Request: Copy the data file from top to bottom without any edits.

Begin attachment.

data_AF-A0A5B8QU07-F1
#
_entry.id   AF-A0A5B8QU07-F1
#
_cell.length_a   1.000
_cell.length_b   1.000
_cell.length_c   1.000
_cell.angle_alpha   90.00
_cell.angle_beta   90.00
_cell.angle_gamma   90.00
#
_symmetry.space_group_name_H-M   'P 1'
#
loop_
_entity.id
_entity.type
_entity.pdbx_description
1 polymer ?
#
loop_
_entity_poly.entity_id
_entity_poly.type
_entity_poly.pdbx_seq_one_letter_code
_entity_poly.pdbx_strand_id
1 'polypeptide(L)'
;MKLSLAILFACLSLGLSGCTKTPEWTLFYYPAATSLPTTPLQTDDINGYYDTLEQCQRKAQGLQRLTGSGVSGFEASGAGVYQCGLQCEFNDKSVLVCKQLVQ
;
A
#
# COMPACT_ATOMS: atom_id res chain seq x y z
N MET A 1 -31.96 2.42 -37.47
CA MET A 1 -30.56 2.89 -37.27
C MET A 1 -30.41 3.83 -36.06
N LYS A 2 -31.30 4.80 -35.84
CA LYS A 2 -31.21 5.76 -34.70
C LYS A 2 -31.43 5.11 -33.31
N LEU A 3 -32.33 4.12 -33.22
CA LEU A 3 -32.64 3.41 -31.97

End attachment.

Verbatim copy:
data_AF-A0A5B8QU07-F1
#
_entry.id   AF-A0A5B8QU07-F1
#
_cell.length_a   1.000
_cell.length_b   1.000
_cell.length_c   1.000
_cell.angle_alpha   90.00
_cell.angle_beta   90.00
_cell.angle_gamma   90.00
#
_symmetry.space_group_name_H-M   'P 1'
#
loop_
_entity.id
_entity.type
_entity.pdbx_description
1 polymer ?
#
loop_
_entity_poly.entity_id
_entity_poly.type
_entity_poly.pdbx_seq_one_letter_code
_entity_poly.pdbx_strand_id
1 'polypeptide(L)'
;MKLSLAILFACLSLGLSGCTKTPEWTLFYYPAATSLPTTPLQTDDINGYYDTLEQCQRKAQGLQRLTGSGVSGFEASGAGVYQCGLQCEFNDKSVLVCKQLVQ
;
A
#
# COMPACT_ATOMS: atom_id res chain seq x y z
N MET A 1 -31.96 2.42 -37.47
CA MET A 1 -30.56 2.89 -37.27
C MET A 1 -30.41 3.83 -36.06
N LYS A 2 -31.30 4.80 -35.84
CA LYS A 2 -31.21 5.76 -34.70
C LYS A 2 -31.43 5.11 -33.31
N LEU A 3 -32.33 4.12 -33.22
CA LEU A 3 -32.64 3.41 -31.97